An Easy Dialogue – M House by Rama Architects
Sitting at the edge of an endangered spotted gum forest in Sydney’s Northern Beaches, M House by Rama Architects is informed by Brazilian modernist design ideals in both form and function. The home balances an expressive brutalist quality with a welcome porosity, which is tempered for privacy through a deliberate bridging of landscape and structure.
Having resided in the area for some time already, the clients were eager to work with a local team to conceive a restful and private family home in close conversation with its surrounds. As such, Director of Rama Architects Thomas Martin was well placed to spearhead the project alongside his team based in Avalon Beach. He says the intent was to “create a home that receded into the landscape by using immersive planting from the rooftop, which cascades down and is visible from every room, as well as planting from the ground up.”
Thomas also cites the importance of honouring the existing bangalay trees “that stand proudly on the land and have so for generations.” One of these trees sits at the water’s edge; its mature branches and leafy canopy fan out to provide shelter and privacy from the home’s prominent, north-west facing aspect over Pittwater. The two other significant trees sit in the centre of the site, and they have heavily informed the two-storey structure’s layout and location on the flat parcel of land. “We not only sought to protect the trees by creating a lush courtyard around them but we also wanted to celebrate them and dwell in their presence from the centre of the home,” Thomas explains.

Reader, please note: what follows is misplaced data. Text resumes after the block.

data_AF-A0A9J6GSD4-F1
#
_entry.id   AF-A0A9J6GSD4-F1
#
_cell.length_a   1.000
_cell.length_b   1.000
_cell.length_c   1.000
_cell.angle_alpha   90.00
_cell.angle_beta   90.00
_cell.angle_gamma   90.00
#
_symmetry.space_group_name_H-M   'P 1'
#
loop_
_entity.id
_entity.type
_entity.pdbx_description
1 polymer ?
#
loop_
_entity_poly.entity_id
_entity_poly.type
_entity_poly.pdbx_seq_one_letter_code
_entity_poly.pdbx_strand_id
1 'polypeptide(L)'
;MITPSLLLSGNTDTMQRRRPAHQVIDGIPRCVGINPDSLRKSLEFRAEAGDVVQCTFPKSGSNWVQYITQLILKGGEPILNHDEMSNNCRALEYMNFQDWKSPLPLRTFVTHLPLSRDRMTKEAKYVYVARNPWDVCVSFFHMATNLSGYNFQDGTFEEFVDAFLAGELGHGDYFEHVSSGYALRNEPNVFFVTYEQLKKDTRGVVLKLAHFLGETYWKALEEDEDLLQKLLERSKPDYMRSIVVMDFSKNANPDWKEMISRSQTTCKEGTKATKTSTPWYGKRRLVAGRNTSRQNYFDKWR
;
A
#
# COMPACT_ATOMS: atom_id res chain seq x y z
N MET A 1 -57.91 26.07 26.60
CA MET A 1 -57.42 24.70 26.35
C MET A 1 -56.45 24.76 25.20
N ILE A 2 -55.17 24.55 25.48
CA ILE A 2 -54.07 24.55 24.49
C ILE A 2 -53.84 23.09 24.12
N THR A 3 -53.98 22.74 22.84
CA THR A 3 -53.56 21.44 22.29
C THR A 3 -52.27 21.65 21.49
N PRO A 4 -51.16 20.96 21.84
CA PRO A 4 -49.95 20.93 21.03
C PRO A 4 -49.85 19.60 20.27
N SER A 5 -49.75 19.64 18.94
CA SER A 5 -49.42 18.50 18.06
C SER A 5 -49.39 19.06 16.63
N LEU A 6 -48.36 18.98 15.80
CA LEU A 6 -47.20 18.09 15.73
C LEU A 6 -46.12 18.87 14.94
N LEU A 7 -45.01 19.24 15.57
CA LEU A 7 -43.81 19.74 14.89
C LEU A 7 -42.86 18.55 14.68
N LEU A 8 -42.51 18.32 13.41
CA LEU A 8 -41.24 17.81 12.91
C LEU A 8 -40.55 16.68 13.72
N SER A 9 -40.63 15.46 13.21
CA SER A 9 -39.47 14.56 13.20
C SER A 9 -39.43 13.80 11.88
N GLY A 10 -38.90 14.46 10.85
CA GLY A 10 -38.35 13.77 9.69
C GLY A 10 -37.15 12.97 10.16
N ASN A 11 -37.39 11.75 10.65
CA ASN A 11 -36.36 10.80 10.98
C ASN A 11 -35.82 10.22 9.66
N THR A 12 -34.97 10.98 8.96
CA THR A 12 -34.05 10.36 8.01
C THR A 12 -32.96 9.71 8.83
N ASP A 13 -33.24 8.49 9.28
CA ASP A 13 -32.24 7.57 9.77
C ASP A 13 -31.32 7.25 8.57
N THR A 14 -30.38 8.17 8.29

This internal courtyard epitomises the architects’ pursuit of moments that are simultaneously veiled and overt. Delineated by floor-to-ceiling glass doors, which retract completely, the house opens to this north-facing, indoor-outdoor area, leaning heavily into subtropical design principles and Brazilian modernist philosophies surrounding the prioritisation of natural light and ventilation. Further, the main living area, which is located at the front of the site, releases with ease to the water and western horizon beyond. The continuation between indoor and out is seamless, thanks to a consistent approach to the materiality both overhead and underfoot. Most notably, narrow timber battens run the length of the ceiling, blurring the threshold and guiding the eye outwards, and a sunken lounge allows for uninterrupted views to the water. The project’s builder, John Hampton of Hampton Constructions, was instrumental in executing this level of refinement across detailing and materiality.
“The concept of privacy is slightly contradictory when you consider Brazilian-style architecture with its generous openings, horizontality and lovely, free-flowing plans.” He adds, “to have that idea of openness juxtaposed with privacy was tricky, but the way we approached it was by harnessing the surrounding landscape.”